LEADING public intellectual Ho Kwon Ping discussed both politics and governance in his lecture on the future of Singapore ("The next 50 years in Singapore politics"; Tuesday).
While many will grant that the scenarios by which the ruling party may lose power - as painted by Mr Ho - are plausible, any development in that direction should not necessarily alarm the citizenry, given the vagaries inherent in a democratic system.
We may or may not rue the demise of a proven and effective political party - if it should come to pass - but it will be our sworn duty to uphold the democratic outcome of a legitimate election, whichever party prevails.
However, the issue of "governability" raised by Mr Ho certainly should make us all sit up and take notice, as it undoubtedly touches the core of much of the difficulties that we now face as a nation.
Mr Ho observed five trends: erosion of government ability to control information, increasing difficulty in holding the political centre together, diminution in the stature of political leadership, difficulty of maintaining an ethos of egalitarianism in an increasingly unequal society, and absence of a galvanising national mission and a sense of dogged exceptionalism.
The last trend, in particular, can be directly or indirectly linked to citizen discontent over the handling of such hot-button issues as the influx of foreign workers, economic restructuring, population growth and social welfare.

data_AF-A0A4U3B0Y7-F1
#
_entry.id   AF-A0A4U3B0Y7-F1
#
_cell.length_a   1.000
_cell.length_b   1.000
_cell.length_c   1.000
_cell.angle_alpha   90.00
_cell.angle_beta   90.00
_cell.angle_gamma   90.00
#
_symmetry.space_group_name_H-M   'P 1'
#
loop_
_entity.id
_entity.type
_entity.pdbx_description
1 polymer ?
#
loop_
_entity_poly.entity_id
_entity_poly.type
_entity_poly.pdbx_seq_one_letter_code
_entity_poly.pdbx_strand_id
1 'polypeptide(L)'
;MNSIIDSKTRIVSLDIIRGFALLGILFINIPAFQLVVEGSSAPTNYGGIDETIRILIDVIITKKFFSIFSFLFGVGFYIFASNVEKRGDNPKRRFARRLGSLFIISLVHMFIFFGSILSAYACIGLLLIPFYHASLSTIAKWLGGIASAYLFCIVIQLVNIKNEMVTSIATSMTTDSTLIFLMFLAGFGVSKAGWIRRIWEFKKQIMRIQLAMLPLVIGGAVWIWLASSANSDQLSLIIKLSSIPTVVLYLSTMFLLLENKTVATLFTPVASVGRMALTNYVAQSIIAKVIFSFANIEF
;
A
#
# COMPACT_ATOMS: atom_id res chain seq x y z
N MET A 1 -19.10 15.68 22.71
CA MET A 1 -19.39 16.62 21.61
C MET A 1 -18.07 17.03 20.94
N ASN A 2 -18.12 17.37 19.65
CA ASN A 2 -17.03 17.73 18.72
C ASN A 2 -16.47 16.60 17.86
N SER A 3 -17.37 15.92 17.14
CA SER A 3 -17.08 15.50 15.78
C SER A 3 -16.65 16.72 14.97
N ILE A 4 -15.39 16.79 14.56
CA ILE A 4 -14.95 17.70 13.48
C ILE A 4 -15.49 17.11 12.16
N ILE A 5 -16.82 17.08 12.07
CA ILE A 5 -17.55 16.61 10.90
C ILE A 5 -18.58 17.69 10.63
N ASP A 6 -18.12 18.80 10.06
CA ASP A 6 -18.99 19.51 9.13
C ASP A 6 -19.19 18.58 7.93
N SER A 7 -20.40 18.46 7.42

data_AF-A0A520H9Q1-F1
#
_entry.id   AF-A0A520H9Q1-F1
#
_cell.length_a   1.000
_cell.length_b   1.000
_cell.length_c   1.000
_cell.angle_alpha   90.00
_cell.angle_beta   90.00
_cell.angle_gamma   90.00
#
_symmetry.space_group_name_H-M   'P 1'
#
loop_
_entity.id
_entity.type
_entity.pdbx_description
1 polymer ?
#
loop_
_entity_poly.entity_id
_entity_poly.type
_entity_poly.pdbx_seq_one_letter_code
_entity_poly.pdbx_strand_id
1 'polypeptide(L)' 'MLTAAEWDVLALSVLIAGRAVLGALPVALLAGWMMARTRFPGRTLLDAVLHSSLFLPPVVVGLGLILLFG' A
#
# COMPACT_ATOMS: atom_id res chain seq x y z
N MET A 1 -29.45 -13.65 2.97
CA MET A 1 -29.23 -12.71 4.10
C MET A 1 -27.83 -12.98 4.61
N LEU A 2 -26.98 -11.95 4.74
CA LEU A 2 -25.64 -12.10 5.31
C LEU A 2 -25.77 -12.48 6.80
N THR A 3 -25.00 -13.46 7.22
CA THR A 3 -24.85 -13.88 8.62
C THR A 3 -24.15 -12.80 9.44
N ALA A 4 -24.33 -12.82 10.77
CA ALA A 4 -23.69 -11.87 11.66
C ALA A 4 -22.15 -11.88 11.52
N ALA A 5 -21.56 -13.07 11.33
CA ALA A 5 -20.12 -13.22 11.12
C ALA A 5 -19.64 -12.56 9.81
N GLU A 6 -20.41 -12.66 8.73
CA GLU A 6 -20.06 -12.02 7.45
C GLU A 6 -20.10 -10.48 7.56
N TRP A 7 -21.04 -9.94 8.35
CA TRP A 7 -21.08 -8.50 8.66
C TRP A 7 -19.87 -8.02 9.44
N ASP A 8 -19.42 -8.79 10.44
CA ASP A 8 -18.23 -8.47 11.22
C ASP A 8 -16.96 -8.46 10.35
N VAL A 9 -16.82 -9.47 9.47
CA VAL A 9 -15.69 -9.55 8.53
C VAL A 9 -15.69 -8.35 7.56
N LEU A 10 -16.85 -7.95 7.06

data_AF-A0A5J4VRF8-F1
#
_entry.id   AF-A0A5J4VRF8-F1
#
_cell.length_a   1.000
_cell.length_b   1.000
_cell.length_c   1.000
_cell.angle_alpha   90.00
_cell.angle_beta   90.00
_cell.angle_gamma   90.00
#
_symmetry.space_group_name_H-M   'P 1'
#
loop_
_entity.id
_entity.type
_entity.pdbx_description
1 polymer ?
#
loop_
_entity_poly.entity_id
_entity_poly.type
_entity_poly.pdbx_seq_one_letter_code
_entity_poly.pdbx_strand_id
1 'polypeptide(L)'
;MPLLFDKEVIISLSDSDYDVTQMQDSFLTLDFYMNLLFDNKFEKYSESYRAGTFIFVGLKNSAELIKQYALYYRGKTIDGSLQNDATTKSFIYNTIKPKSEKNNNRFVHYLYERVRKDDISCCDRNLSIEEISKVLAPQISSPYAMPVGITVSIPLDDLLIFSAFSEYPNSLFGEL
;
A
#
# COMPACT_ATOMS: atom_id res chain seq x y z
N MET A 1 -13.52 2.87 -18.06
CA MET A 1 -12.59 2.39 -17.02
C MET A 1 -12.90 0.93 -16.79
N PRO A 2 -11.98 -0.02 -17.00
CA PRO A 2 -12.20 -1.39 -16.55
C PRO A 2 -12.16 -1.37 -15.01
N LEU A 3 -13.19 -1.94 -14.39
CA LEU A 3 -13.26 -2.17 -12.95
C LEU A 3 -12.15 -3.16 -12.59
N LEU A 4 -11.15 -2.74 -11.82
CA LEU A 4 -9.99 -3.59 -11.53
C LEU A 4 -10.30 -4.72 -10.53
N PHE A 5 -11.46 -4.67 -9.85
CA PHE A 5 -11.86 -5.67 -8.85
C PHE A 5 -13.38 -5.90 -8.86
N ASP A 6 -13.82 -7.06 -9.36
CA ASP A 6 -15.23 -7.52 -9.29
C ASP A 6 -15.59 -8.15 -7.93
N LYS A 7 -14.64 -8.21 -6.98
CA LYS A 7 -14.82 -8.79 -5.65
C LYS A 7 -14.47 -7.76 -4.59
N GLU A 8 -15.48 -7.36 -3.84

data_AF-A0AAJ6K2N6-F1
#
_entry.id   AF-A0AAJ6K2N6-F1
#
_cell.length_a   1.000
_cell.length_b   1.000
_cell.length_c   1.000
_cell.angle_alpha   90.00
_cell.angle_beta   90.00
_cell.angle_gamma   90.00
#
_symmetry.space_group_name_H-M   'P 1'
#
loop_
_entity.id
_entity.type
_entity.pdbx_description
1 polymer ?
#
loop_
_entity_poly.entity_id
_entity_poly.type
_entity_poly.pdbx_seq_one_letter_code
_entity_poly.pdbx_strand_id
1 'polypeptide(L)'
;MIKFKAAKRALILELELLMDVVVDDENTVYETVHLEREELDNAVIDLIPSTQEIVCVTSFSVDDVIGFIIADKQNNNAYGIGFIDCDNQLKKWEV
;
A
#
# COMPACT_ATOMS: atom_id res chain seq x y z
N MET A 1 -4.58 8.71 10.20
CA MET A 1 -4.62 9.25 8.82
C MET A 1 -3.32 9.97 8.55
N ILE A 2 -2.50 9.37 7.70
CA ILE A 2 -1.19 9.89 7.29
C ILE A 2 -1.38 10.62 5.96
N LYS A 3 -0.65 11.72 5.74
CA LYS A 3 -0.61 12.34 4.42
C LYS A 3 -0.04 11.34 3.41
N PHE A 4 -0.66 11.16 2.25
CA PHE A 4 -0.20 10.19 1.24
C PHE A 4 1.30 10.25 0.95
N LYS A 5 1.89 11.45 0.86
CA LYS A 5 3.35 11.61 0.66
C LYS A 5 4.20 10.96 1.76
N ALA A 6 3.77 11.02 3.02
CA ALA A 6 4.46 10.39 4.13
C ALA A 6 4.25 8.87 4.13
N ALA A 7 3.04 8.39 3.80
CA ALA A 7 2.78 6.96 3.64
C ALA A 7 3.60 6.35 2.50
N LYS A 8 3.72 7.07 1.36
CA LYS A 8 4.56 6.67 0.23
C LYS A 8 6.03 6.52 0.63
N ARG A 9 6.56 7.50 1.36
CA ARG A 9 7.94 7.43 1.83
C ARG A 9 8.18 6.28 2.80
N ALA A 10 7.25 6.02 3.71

Mr Ho said "the deepening of a shared national identity, the pursuit of a compelling social vision, and the shaping, articulation and moulding of that vision through a collective imagination is the central task of the younger generation".
In fact, all should play a part. It cannot be inspiring to the younger generation that, even among the baby boomers, there is much disagreement on how issues are being handled under our current system of governance.
A viable national mission could be one requiring all to look outwards and strive to be a global city, sharing what we have achieved with other like-minded global citizens who are prepared to sink roots here and contribute to our society, thereby increasing the clout of our little red dot and ensuring our future growth.
There are, of course, other aspirations, depending on the imagination of our people. The point is, unless we converge and buy into a common national mission, we shall continue to pull in different directions and make ourselves ungovernable.
Yeoh Teng Kwong
This article was first published on Oct 23, 2014.
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